“Tribes” Explores Communication Barriers

“Tribes” Explores Communication Barriers

How do we communicate? What happens when we don’t communicate or when there are barriers that make communicating a challenge? Nina Raine’s original play, “Tribes,” presented by Georgia Regents University (GRU) Communications Department, attempts to tackle those questions and more as it follows the story of a man who was born deaf into a hearing family.

Billy (portrayed by Michael Silvio Fortino), spends much of his life feeling like an outsider in his own family before meeting Sylvia (portrayed by Raheema Johnson). Sylvia has adult onset hearing loss but grew up in a deaf family, so she learned sign language at an early age. Conversely, Billy’s family never learned to sign so he had to adapt to their world.

“It’s interesting, this play, you can look at it in a microcosm,” explains Doug Joiner, the play’s director. “Yeah, it’s about Billy who was born deaf to hearing parents — but it’s also about the struggles we all have with communication. And the lack thereof. In essence, the play asks us, how do we hear, how do we comprehend, how do we reconstruct? And I say reconstruct because memory is not reproductive — we reconstruct an intended meaning. Do we receive it, or is it only part and what trouble that might cause?”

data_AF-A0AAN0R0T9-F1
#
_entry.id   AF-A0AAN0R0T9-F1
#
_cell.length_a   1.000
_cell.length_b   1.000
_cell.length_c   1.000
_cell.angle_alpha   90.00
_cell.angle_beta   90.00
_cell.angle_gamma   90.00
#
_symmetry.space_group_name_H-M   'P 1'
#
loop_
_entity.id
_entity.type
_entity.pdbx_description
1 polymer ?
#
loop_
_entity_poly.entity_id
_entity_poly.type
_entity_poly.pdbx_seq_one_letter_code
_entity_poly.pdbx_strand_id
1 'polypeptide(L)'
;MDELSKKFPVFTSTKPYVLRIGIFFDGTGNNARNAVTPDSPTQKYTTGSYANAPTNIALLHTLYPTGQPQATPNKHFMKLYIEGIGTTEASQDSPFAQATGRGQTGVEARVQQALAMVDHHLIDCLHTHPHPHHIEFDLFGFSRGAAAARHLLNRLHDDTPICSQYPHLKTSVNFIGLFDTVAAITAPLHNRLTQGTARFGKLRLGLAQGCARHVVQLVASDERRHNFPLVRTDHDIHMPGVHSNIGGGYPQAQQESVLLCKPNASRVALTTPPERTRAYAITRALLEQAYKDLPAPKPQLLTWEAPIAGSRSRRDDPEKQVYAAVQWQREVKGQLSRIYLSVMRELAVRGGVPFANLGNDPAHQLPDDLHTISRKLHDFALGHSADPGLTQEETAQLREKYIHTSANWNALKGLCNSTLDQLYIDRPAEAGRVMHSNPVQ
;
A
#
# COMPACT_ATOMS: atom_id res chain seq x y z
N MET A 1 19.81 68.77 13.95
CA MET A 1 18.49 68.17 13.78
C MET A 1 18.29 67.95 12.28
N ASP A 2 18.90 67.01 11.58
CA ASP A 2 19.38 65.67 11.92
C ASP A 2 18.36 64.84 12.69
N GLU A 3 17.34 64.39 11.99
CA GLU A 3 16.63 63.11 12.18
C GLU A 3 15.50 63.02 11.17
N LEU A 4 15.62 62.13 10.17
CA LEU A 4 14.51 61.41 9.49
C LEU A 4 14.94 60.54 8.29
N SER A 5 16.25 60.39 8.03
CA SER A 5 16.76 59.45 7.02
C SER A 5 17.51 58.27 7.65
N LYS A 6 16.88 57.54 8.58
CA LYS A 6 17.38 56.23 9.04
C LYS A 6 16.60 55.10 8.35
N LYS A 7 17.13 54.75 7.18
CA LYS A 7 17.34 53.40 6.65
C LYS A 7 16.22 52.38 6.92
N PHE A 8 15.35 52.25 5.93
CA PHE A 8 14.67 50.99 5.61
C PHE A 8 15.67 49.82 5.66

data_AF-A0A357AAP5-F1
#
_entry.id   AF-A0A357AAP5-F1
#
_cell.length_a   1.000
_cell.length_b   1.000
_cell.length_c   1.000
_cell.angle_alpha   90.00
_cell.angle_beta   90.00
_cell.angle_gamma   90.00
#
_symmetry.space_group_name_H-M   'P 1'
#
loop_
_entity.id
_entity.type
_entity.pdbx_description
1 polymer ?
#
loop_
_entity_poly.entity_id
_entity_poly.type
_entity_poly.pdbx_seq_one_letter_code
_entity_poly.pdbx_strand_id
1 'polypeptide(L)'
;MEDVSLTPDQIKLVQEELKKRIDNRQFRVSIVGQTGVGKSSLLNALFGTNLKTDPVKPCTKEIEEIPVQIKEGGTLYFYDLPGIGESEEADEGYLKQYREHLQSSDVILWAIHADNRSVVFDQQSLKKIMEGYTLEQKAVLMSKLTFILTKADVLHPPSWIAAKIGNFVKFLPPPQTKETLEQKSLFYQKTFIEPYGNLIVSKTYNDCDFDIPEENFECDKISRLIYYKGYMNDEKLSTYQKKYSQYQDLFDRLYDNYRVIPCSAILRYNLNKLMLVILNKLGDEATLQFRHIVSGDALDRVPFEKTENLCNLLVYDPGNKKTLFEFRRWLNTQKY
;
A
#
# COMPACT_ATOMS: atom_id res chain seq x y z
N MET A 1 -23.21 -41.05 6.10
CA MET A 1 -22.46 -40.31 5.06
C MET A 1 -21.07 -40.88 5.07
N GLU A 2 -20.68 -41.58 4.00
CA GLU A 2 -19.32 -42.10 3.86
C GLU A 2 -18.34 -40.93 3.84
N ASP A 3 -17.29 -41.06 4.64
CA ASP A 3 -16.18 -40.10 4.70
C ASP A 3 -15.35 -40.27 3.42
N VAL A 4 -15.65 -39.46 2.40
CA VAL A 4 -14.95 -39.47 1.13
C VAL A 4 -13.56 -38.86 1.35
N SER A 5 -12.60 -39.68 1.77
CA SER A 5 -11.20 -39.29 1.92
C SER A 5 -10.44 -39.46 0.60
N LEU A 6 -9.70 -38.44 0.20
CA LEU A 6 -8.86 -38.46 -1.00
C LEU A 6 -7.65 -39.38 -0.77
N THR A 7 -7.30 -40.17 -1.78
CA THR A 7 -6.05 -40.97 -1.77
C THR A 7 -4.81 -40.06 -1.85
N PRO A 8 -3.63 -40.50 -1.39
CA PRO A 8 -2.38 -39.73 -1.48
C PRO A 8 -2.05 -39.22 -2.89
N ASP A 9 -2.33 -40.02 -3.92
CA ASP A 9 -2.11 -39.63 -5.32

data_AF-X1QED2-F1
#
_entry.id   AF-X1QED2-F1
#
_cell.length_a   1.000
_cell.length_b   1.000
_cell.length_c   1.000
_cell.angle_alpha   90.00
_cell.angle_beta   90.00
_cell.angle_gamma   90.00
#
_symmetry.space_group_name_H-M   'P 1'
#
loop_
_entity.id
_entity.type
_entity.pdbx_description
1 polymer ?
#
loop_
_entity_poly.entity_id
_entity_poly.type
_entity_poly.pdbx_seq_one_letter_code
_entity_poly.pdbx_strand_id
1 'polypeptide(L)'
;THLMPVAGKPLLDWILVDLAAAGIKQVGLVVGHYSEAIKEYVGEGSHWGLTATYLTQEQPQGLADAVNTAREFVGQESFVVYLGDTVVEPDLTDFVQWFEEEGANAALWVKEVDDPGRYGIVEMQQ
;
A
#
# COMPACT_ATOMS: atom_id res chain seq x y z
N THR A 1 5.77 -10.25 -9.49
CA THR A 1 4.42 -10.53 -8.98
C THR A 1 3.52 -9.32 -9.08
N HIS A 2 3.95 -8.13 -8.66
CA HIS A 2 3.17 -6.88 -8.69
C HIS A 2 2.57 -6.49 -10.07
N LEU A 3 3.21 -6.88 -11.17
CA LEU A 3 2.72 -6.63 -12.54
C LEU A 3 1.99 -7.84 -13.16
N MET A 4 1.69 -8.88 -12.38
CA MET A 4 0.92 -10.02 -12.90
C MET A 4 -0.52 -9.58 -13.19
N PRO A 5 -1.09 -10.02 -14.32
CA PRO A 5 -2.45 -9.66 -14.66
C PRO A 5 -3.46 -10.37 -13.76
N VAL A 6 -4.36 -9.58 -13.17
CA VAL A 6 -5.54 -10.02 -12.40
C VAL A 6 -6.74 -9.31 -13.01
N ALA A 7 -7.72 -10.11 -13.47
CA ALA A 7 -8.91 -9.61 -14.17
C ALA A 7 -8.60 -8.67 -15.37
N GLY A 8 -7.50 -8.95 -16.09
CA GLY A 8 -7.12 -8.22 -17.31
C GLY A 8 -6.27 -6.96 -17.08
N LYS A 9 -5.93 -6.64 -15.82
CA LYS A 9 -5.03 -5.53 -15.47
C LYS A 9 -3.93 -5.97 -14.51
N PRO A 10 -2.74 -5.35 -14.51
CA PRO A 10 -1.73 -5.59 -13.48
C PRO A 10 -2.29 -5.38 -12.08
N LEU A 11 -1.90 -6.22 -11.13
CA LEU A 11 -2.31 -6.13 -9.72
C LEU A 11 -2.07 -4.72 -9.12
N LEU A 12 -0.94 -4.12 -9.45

The actors who play Billy and Sylvia had to learn sign language for their roles and Fortino said he really had to challenge himself to get into his character. One reason for that is because he is playing someone who is deaf.

“I had to put myself in a completely different place,” Fortino said. “Billy, obviously he’s deaf, so I have these hearing plugs which I put in my ear, and anytime I would catch myself look because I would hear someone talk — and I’d look, and think ‘Nope. No. You wouldn’t hear that.’ Even when my co-actors didn’t get my attention properly — if I feel like my character wouldn’t hear it, I wouldn’t look at them. Which has been very difficult.”

Fortino also said that learning to sign was only half the battle in preparing for the role. Learning to speak in the dialect of a deaf person was a bigger challenge.

The production of “Tribes,” has caught the attention of Lillian Wan, Gayle Tison and Debbi Quave, members of a local hearing loss advocacy group, Hearing Loss Association of Augusta, GA (HLAAG) who are interested in the play. Their perspectives on the experiences of Billy and Sylvia varied from person-to-person, but one thing that everyone seemed to agree on was that parents of deaf children should be supportive of the child and whatever communication method he or she chooses. Also, it was agreed that one should try to not isolate themselves or the child.

“Unfortunately, I think most hearing people tend to avoid the deaf,” said Tison, the president of HLAGG. “They feel the deaf have their own ‘community’ and special friends and therefore do not need the friendship of outsiders. I think we all need to reach out to the deaf in a spirit of love to learn from them what we can do to help them.”

“Tribes,” is a story that explores the politics and psychology of being deaf, going deaf and the deaf community’s place in greater society, as well as the dynamics of a dysfunctional family.

“I really want people to come see this,” Fortino said. “More than just because it’s a great show, it’s just the message that it gives. It’s such a powerful piece that people really should know about and come see. This is real. This happens a lot. This is a real thing and it’s definitely given me a different outlook.”


Maxwell Performing Arts Theatre
March 20-22 at 7:30 p.m.
March 23 at 3 p.m.

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